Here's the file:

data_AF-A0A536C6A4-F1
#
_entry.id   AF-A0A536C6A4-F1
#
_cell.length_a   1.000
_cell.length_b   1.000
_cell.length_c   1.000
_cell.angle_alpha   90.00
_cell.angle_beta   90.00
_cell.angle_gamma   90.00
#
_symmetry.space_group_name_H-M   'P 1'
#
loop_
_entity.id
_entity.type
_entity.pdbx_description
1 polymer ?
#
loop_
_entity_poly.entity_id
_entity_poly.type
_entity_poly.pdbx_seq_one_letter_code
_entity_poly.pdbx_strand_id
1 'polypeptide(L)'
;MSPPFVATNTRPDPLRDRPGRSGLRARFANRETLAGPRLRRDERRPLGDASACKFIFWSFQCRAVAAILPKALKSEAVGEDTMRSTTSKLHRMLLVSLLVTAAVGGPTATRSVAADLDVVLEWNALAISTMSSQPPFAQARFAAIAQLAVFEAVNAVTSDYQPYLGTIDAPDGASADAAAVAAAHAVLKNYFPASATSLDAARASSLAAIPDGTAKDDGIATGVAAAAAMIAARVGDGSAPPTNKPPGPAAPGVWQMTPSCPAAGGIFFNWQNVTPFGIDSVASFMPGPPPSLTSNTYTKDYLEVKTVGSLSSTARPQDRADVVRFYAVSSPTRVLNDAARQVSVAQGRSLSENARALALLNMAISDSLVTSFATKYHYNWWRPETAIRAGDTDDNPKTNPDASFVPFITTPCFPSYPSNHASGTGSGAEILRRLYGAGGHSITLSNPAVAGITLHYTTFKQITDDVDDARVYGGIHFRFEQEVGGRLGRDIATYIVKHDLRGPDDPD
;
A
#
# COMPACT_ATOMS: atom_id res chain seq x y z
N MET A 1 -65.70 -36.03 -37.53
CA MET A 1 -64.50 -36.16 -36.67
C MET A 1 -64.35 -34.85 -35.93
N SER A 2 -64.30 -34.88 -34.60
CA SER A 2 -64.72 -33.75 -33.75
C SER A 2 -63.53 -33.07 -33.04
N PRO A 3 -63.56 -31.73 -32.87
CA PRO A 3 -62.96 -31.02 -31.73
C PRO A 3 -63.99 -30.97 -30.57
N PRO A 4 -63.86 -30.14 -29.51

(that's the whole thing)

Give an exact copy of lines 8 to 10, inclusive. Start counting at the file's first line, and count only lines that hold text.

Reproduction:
_cell.angle_alpha   90.00
_cell.angle_beta   90.00
_cell.angle_gamma   90.00